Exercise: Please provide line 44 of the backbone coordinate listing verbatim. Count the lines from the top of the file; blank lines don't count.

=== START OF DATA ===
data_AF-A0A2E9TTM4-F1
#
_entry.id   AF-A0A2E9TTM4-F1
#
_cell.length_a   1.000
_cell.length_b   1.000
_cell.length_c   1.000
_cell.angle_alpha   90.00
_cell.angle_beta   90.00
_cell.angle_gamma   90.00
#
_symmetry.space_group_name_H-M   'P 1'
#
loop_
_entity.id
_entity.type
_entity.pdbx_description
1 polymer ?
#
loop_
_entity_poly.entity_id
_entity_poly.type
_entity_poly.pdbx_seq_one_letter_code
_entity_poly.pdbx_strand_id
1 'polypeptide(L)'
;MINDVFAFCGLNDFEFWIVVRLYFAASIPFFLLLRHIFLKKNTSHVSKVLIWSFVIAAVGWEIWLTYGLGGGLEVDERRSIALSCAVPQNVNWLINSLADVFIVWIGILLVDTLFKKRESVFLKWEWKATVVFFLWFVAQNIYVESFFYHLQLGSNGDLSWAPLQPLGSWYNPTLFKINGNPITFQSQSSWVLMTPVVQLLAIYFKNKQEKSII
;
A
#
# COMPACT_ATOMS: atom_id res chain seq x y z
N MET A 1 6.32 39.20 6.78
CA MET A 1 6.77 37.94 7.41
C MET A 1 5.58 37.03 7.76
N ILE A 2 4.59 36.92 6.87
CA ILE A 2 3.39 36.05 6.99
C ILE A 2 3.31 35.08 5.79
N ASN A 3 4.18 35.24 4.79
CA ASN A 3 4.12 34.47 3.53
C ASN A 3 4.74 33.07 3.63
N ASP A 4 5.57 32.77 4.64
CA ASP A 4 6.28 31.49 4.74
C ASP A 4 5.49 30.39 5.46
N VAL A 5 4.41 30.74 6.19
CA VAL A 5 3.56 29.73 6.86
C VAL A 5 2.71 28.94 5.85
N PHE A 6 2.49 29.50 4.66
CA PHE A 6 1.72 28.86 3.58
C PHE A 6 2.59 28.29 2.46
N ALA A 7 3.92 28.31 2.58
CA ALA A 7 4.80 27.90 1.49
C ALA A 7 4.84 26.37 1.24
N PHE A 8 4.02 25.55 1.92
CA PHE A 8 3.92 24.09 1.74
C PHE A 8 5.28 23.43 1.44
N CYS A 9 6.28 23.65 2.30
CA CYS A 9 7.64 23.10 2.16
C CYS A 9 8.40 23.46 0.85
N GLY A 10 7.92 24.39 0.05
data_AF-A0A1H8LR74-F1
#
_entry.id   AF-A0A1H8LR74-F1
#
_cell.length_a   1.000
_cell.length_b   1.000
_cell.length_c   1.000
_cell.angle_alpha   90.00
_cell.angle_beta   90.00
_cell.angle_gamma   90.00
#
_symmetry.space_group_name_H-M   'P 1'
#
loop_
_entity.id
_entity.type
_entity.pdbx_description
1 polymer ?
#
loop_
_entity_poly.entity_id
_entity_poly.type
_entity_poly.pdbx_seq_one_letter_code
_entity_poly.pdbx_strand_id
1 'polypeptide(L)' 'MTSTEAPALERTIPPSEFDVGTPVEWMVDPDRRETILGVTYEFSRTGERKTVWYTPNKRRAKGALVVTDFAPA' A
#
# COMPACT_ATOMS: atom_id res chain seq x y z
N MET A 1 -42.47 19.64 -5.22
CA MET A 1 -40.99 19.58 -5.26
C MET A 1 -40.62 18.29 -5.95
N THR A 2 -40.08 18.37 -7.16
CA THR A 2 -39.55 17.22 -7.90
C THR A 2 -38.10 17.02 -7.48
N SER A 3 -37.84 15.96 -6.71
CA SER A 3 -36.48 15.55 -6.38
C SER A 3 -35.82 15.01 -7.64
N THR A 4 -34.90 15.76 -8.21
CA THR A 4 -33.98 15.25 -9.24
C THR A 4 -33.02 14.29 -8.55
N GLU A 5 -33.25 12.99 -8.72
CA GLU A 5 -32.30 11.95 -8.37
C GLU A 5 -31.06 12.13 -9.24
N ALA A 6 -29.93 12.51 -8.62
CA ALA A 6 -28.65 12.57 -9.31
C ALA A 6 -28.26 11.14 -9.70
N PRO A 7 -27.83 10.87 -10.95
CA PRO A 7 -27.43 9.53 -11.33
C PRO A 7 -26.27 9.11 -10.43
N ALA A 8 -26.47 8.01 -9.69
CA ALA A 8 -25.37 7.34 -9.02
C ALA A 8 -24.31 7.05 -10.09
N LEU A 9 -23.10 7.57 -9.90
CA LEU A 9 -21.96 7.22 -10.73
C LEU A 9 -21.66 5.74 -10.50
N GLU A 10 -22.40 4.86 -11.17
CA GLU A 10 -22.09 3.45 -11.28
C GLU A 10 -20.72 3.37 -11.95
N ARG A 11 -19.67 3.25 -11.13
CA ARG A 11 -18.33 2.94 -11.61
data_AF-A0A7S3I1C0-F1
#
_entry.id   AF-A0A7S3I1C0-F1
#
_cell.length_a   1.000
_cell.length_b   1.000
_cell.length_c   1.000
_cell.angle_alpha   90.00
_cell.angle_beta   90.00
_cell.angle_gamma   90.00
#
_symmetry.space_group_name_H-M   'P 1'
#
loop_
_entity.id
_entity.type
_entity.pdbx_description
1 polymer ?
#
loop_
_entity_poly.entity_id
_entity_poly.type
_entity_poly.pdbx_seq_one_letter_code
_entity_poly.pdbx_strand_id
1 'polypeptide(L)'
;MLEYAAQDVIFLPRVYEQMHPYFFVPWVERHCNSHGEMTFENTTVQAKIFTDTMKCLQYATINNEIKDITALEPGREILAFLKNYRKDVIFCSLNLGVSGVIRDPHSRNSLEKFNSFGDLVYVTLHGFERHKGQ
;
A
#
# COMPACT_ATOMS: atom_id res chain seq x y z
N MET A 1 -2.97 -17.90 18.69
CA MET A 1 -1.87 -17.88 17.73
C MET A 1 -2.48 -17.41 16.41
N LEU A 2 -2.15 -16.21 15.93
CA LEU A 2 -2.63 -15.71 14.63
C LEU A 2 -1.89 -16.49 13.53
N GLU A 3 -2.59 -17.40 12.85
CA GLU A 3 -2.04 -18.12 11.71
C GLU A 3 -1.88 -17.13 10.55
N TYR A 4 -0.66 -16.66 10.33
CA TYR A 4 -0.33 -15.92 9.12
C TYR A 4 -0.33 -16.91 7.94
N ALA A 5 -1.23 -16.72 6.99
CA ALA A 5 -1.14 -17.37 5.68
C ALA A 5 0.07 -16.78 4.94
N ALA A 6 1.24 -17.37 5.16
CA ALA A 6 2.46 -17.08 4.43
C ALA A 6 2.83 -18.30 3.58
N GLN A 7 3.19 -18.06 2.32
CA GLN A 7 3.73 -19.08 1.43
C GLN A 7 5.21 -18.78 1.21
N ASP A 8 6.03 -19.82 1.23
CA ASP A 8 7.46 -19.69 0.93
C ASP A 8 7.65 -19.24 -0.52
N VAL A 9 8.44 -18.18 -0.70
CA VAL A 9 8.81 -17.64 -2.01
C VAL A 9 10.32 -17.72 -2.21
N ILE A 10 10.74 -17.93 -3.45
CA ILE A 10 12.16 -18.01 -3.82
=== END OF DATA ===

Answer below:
CA VAL A 5 3.56 29.73 6.86